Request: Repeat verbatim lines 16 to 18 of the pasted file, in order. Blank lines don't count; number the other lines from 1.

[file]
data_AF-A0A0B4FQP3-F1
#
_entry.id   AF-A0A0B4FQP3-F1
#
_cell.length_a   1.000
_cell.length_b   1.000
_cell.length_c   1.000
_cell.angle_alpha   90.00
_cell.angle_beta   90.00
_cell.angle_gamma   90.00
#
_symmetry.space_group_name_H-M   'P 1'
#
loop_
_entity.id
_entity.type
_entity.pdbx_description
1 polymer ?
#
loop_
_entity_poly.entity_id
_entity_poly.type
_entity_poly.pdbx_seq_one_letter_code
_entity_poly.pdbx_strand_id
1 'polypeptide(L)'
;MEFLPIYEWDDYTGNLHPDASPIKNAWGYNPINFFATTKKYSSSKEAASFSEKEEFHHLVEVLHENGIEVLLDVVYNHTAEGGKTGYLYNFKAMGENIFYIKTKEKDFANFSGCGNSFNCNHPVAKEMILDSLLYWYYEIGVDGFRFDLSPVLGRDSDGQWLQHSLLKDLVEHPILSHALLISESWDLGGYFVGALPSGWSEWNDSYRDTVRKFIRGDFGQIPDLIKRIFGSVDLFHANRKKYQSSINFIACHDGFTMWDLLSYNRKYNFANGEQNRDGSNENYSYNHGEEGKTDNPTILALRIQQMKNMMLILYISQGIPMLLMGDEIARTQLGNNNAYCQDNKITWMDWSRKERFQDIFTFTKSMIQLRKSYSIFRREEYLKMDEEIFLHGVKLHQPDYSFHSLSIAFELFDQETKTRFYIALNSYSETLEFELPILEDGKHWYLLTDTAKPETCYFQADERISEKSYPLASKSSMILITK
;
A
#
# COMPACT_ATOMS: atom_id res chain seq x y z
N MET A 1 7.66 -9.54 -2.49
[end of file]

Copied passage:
_entity.type
_entity.pdbx_description
1 polymer ?